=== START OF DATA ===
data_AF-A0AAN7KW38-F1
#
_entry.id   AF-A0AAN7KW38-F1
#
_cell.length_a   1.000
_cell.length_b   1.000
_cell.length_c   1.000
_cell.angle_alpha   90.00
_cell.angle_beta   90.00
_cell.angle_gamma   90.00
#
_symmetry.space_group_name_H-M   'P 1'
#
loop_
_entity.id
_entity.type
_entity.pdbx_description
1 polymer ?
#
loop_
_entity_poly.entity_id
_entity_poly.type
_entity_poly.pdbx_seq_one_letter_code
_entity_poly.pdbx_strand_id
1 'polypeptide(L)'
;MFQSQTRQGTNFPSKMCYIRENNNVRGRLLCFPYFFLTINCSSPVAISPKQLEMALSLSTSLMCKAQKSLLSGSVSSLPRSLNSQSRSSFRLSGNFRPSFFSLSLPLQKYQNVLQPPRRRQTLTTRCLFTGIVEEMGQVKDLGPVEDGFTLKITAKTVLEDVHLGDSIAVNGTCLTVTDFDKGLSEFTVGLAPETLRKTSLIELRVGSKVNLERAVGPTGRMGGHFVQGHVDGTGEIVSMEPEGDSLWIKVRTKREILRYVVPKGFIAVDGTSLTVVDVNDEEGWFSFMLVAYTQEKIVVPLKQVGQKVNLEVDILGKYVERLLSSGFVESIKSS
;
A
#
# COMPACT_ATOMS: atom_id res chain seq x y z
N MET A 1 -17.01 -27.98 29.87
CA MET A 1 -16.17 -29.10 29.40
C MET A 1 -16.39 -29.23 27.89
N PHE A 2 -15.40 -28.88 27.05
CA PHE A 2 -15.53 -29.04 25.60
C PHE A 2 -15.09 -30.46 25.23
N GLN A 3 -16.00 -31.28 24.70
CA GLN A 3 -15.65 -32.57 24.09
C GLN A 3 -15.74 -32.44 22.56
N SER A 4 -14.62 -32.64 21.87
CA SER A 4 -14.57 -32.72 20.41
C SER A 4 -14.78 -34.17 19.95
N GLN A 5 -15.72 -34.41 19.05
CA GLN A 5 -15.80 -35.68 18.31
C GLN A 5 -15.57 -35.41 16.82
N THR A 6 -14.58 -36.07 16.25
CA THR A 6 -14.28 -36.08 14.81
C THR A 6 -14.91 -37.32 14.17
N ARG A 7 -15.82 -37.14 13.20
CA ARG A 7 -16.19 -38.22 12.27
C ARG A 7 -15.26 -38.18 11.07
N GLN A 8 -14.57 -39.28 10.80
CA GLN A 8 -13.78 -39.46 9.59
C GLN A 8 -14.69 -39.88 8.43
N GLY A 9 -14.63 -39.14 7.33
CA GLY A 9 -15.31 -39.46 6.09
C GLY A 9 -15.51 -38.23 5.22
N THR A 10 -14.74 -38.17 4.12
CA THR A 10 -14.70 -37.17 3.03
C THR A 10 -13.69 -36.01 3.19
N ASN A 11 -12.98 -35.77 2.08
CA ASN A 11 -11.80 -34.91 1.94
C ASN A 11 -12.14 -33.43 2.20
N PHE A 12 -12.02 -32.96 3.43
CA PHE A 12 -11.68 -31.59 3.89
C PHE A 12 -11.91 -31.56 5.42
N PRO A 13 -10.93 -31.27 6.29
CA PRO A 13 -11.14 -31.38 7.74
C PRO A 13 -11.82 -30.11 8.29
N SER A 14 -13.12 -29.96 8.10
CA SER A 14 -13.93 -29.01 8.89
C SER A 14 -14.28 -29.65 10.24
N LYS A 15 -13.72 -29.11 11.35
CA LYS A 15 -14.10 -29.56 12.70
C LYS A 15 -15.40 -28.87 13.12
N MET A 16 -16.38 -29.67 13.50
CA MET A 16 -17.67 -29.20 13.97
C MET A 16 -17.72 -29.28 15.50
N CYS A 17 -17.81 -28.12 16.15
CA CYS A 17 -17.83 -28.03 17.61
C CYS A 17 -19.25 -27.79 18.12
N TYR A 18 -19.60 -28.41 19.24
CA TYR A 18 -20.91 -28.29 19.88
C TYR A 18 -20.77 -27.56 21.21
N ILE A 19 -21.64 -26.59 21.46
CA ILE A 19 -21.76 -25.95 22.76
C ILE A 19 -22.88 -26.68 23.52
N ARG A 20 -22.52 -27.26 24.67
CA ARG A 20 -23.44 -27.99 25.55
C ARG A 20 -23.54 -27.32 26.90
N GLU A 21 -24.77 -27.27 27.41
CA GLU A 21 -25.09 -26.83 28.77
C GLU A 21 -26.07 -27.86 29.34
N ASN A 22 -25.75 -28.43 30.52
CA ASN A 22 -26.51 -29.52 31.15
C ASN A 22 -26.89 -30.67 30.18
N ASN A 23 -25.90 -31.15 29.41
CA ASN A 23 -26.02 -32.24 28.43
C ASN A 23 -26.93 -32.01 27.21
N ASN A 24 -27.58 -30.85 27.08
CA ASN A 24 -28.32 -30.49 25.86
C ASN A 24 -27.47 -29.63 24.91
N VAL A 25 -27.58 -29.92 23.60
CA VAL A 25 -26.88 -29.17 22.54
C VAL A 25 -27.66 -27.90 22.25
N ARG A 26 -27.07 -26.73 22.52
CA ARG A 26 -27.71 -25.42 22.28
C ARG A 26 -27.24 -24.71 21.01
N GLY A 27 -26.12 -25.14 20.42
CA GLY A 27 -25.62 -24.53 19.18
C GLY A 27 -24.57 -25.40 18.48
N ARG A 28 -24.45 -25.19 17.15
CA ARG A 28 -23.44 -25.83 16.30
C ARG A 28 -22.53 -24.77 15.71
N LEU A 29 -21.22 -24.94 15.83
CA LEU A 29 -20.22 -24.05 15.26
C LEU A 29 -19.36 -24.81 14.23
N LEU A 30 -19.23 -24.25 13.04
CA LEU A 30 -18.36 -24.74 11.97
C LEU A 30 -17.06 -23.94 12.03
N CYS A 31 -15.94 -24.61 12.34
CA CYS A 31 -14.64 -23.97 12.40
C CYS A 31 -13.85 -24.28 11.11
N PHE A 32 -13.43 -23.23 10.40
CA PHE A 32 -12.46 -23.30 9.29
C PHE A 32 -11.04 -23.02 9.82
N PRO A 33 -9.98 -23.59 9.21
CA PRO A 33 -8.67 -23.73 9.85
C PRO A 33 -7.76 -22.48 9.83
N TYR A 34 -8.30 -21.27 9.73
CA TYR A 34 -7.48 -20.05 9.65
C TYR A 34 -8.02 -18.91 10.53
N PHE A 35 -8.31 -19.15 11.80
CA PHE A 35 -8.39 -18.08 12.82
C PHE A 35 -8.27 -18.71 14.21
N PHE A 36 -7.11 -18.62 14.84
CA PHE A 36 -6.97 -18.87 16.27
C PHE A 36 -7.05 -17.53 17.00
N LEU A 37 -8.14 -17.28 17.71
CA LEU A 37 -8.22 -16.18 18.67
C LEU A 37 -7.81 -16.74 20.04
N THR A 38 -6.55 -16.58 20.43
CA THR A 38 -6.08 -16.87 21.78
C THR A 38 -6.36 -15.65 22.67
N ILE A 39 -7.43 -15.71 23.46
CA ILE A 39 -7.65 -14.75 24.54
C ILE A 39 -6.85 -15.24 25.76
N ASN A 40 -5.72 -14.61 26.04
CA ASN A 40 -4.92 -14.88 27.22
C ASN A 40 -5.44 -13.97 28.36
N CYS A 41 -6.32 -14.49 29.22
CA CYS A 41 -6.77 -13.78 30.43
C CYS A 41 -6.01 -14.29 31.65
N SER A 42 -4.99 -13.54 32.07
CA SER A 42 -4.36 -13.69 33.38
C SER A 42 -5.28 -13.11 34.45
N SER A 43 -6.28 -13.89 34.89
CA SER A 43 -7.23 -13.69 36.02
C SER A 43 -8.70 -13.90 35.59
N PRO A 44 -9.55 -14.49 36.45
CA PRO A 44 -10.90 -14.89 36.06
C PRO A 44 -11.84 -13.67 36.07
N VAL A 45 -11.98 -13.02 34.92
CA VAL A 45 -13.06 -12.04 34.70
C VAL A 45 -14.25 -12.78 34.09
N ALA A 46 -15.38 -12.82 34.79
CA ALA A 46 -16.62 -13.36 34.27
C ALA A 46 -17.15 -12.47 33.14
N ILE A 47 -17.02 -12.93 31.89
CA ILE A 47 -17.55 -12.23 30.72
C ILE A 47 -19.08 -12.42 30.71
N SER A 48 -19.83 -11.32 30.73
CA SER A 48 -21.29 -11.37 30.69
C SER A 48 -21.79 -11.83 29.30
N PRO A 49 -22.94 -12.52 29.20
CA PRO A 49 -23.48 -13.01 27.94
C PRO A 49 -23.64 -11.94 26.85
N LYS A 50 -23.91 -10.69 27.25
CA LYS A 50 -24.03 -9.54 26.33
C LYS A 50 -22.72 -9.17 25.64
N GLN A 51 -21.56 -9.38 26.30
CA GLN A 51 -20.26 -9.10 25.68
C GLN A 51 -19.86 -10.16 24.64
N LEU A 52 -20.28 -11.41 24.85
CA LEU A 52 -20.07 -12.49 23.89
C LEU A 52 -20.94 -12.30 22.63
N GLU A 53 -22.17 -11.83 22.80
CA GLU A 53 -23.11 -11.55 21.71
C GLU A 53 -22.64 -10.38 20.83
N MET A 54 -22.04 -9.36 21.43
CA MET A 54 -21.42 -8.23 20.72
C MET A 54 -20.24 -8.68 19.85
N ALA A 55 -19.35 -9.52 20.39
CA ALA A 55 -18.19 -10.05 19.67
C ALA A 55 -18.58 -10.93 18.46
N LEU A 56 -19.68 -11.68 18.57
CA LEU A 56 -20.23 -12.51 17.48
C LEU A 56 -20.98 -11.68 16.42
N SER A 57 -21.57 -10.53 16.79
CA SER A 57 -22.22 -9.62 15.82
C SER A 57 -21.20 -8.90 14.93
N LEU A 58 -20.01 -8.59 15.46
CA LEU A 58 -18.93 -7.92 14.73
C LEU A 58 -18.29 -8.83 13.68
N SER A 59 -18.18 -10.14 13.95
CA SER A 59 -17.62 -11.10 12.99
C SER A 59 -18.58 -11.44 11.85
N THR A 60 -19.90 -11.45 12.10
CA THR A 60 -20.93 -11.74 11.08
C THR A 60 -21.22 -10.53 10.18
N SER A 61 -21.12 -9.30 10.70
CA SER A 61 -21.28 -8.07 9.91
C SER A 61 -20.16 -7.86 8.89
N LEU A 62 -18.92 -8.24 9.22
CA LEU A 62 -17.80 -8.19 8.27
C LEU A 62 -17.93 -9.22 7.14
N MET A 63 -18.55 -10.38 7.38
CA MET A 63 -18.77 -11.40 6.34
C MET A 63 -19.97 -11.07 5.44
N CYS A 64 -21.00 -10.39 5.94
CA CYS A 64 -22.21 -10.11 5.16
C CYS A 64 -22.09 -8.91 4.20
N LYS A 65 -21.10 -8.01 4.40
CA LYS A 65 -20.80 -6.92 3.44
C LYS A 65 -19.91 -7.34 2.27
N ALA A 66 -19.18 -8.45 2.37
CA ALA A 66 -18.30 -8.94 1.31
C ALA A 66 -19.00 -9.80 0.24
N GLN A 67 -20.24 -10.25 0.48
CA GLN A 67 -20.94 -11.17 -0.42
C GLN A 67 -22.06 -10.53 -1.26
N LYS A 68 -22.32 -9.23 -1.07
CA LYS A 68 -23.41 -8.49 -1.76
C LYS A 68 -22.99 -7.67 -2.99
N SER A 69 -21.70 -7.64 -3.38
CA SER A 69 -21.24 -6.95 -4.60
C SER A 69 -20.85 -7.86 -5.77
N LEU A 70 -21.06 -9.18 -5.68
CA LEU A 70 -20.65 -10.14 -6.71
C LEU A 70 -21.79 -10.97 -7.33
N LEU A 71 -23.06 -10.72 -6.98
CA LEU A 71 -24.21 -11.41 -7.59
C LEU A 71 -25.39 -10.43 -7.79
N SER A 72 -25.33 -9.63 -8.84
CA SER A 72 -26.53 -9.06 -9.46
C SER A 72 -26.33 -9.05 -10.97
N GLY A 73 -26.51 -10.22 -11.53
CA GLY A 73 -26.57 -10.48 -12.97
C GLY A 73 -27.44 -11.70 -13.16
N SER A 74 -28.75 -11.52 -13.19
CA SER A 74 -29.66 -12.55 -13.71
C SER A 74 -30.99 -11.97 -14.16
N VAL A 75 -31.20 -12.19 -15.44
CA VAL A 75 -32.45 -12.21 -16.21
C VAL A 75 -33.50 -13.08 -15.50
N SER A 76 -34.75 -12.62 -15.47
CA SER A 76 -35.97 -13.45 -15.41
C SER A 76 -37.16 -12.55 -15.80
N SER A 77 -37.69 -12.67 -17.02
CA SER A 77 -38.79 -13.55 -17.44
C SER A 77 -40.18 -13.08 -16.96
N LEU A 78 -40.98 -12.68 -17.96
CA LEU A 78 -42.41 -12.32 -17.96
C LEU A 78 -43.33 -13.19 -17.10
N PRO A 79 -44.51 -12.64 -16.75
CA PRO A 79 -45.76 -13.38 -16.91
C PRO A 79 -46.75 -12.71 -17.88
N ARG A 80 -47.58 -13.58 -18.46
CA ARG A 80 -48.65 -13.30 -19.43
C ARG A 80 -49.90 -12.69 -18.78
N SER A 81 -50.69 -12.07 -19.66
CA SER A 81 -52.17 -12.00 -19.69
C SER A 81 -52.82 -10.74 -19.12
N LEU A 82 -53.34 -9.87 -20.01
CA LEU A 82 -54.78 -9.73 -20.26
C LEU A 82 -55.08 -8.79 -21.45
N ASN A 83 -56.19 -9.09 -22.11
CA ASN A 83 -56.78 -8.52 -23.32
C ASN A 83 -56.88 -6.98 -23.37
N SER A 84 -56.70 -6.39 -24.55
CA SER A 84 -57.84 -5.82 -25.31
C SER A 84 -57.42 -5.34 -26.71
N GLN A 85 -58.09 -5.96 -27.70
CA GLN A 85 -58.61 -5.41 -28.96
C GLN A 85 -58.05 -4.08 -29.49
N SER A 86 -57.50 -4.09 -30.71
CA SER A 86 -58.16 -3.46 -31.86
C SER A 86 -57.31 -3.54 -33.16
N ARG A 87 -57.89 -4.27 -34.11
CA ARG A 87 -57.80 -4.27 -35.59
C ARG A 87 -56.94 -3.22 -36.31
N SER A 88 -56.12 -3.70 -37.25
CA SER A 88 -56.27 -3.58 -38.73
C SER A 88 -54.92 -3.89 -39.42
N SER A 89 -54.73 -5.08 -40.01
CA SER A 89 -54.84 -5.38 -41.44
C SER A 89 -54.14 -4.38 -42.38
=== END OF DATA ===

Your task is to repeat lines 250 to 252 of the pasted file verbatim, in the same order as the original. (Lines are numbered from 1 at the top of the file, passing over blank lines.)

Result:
N SER A 74 -28.75 -11.52 -13.19
CA SER A 74 -29.66 -12.55 -13.71
C SER A 74 -30.99 -11.97 -14.16